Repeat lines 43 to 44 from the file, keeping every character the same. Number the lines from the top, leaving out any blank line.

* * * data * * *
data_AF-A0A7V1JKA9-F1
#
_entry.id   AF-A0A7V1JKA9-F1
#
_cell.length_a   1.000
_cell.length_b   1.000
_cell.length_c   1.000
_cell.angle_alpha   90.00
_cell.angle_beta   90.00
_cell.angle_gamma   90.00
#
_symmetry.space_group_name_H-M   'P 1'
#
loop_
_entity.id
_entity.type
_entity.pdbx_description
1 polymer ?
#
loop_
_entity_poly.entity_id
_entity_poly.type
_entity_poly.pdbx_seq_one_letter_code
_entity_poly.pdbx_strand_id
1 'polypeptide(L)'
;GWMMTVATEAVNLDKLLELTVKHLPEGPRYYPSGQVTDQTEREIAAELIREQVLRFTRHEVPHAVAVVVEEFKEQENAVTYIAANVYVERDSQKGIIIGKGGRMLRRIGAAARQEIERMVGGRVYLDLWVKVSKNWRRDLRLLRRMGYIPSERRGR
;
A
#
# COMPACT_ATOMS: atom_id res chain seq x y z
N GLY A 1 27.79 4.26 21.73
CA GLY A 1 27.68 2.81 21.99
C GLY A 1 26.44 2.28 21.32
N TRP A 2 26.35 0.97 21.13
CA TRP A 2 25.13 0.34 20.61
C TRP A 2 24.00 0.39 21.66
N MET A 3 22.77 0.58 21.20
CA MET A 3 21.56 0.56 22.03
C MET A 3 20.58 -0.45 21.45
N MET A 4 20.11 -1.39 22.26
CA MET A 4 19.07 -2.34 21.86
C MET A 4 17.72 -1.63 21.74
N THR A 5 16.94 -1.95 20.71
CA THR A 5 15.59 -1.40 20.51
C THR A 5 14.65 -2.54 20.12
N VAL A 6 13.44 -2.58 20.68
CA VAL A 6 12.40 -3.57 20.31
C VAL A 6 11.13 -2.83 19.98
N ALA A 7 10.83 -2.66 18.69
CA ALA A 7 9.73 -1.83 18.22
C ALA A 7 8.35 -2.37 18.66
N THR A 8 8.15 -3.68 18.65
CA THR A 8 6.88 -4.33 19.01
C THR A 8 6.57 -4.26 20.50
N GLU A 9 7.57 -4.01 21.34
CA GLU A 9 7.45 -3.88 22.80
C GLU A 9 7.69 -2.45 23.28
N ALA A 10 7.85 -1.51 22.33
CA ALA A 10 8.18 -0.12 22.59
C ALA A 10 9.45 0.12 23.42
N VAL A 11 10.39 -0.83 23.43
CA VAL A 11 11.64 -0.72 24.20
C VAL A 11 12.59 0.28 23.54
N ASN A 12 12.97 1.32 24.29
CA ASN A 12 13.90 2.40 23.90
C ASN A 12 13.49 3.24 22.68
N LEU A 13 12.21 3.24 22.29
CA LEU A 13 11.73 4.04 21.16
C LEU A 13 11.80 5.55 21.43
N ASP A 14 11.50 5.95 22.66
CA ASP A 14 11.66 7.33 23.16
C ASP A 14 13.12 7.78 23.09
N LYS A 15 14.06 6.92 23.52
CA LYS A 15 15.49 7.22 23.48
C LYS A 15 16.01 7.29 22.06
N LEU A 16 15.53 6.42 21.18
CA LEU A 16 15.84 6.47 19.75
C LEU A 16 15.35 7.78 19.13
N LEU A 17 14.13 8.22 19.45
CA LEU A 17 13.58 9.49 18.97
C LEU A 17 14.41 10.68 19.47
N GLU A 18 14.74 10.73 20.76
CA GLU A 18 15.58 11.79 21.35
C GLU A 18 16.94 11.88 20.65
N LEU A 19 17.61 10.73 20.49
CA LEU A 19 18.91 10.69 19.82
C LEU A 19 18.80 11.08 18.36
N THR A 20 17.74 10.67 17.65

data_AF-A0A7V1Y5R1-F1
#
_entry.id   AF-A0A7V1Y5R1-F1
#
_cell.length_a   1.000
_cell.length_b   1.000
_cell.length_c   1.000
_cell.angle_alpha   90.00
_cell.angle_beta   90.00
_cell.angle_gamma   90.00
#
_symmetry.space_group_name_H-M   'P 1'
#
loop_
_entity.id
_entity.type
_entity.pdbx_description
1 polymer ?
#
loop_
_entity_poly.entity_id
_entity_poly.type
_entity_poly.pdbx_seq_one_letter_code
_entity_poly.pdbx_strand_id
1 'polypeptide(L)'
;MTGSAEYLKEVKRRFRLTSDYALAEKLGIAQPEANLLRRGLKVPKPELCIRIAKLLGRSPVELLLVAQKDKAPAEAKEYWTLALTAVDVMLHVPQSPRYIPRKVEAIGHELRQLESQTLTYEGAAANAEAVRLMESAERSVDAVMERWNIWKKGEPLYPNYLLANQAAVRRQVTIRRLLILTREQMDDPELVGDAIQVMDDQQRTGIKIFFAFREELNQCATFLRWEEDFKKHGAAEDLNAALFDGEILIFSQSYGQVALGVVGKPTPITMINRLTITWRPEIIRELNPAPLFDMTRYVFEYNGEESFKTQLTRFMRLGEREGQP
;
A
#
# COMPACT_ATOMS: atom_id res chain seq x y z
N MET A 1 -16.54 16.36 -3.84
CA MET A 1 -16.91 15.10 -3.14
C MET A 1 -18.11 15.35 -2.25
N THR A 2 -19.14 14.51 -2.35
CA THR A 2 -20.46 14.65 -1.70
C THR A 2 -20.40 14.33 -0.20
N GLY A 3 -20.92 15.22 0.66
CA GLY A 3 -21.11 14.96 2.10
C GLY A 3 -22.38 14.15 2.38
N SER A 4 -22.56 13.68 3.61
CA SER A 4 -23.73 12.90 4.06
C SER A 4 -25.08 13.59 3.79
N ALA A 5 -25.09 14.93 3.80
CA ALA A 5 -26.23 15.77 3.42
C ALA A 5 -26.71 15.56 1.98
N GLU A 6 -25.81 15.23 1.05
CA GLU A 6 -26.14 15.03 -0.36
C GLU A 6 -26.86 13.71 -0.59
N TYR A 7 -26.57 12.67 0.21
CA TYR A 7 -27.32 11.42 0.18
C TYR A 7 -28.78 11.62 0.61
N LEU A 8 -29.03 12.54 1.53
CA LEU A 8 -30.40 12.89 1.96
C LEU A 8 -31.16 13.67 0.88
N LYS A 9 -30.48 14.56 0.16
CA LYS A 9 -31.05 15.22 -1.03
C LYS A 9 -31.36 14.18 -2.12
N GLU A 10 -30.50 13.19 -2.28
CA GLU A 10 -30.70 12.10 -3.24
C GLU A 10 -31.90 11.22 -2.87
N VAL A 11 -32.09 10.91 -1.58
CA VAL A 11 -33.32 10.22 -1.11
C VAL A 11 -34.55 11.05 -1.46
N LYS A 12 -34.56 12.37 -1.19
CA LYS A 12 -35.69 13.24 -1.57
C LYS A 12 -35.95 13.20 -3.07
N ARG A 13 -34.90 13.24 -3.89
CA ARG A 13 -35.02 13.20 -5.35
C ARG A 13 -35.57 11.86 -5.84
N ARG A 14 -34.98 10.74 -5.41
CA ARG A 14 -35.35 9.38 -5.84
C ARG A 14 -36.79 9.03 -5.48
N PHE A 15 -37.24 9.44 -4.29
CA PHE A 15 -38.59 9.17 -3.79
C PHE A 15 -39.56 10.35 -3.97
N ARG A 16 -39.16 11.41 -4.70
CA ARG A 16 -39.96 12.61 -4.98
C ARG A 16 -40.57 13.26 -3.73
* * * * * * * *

N THR A 5 16.94 -1.95 20.71
CA THR A 5 15.59 -1.40 20.51